public class MyHashTable
{
private Node[] universe;
private readonly int tableSize;
public MyHashTable(int maxTableSize) { tableSize = maxTableSize; universe = new Node[tableSize]; }
private int HashFuncation(string key) { } public void Insert(string key, object value) { } public object GetValue(string key) { } }

Above skeleton gives an idea about what out class contains, member "universe" holds the keys (with value and pointer for chaining) and "tableSize" is used to define the universe size as well to calculate the hash. Here you can see universe is an array of "Node" type, remember the node is similar to which we created in Linked List article. Implementation of Node

public class Node
{
public string Key { get; set; }
public object Value { get; set; }
public Node Next { get; set; }
public Node Previous { get; set; }
}

Above we can see the implementation of Node, which has key, value as well pointers for chaining, Next and Previous. "universe" is an array of Node in our code so we can chain out any collision. Below is implementation of our first method HashFuncation which is the first most important function:

/// <summary>
/// Hash funcation
/// </summary>
/// <param name="key">key</param>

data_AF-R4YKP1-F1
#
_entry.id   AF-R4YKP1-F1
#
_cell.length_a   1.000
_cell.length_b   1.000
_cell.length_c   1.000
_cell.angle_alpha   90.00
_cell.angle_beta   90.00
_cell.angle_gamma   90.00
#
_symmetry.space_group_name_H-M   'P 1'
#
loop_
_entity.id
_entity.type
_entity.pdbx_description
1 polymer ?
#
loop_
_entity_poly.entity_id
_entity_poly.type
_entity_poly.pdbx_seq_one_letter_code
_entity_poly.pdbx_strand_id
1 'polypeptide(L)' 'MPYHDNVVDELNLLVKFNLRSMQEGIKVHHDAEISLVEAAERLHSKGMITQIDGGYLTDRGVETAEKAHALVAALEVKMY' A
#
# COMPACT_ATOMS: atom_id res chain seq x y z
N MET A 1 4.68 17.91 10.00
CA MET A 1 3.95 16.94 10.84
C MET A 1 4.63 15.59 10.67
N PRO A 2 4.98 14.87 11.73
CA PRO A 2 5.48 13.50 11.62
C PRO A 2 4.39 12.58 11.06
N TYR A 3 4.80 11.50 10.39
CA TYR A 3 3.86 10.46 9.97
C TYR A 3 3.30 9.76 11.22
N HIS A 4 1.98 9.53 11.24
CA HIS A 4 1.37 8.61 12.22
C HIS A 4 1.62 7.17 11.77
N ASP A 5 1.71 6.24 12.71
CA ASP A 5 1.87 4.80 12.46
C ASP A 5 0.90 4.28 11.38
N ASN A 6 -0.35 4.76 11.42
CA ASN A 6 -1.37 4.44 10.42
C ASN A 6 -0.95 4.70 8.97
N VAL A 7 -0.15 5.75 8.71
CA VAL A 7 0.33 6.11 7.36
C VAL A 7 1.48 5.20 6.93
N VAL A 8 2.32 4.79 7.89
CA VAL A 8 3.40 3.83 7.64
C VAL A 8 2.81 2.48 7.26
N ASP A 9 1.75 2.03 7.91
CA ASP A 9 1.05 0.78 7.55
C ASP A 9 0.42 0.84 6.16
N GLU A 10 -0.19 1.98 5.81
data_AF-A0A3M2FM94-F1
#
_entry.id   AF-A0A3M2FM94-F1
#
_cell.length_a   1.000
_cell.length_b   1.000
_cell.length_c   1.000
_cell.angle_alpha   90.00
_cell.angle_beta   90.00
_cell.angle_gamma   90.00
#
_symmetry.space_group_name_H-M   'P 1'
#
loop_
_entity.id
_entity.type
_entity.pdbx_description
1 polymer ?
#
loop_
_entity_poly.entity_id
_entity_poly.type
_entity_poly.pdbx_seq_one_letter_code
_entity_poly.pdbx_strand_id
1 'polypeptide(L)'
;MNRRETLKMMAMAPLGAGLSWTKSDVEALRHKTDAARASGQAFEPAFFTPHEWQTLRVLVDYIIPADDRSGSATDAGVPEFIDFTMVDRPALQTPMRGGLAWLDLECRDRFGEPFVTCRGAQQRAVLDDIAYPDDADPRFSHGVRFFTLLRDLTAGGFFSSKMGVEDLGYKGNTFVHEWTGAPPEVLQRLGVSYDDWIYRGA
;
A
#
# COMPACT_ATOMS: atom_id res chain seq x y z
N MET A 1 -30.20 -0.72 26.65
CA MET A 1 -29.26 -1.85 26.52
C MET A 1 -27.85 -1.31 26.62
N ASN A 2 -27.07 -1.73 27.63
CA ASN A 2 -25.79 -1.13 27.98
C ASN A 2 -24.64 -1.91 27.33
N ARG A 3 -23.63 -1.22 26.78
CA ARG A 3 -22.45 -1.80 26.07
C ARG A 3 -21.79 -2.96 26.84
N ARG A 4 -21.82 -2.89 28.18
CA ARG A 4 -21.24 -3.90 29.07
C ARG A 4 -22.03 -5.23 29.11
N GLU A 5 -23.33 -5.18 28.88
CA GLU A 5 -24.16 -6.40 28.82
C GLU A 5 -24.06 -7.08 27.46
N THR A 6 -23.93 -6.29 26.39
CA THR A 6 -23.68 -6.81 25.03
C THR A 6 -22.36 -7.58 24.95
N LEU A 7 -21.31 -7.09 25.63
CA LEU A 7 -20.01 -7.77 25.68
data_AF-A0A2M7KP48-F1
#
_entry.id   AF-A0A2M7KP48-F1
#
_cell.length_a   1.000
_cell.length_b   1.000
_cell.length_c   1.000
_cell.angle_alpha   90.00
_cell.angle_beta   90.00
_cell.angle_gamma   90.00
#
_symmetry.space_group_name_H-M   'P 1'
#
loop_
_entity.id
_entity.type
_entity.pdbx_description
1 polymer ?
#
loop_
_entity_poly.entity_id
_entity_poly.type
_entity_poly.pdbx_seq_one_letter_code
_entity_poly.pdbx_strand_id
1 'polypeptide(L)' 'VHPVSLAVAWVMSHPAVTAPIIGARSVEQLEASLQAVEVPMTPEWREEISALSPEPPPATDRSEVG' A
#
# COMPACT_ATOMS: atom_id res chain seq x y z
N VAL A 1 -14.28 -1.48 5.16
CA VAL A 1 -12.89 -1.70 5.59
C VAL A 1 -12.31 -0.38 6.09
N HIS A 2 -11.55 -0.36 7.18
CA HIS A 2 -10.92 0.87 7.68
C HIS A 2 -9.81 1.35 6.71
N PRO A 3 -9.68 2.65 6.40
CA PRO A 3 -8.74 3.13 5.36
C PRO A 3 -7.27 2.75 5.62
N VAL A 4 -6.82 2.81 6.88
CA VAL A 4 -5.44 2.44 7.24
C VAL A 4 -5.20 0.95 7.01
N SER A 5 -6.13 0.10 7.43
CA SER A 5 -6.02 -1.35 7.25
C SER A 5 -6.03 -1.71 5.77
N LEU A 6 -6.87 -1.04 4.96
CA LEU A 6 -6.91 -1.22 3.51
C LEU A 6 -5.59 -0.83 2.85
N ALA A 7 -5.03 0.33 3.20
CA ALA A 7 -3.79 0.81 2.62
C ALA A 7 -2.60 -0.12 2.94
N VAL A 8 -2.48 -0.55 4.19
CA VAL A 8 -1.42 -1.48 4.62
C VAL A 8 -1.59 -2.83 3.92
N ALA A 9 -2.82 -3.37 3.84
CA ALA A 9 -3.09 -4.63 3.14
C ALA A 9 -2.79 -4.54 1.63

/// <returns>returns index from the space based on some calculation</returns>
private int HashFuncation(string key)
{
int index = 7;
int asciiVal = 0;
for (int i = 0; i < key.Length; i++)
{
asciiVal = (int)key[i] * i;
index = index * 31 + asciiVal;
}
return index % tableSize;
}

**We have to be very careful while writing hash functions because a good hash function can decrease the chances of collision and distribute data uniformly, There are set of rules to choose  hash function and some algorithms as well, Here we used division method which divides and gives reminder, here we can see we used 7(a prime) to start with and 31(again prime), primes are good make random hash, as well I multiplied ASCII value with character position in string so "aSp" and "AsP" won't be same as well "asp" and "psa". If possible make table size also prime, but here I'm taking table size from user and this is not area of concern of this article so taking whatever user gives.
Now we are going to see implementation of "Insert" function below:

/// <summary>
/// Inserts a value with key to table
/// </summary>
/// <param name="key">key</param>
/// <param name="value">value associated to key</param>
public void Insert(string key, object value)
{
int genIndex = HashFuncation(key);
Node node = universe[genIndex];
if (node == null) { universe[genIndex] = new Node() { Key = key, Value = value }; return; }
if (node.Key == key) throw new Exception("Can't use same key!");
while (node.Next != null) { node = node.Next; if (node.Key == key) throw new Exception("Can't use same key!"); }
Node newNode = new Node() { Key = key, Value = value, Previous = node, Next = null }; node.Next = newNode; }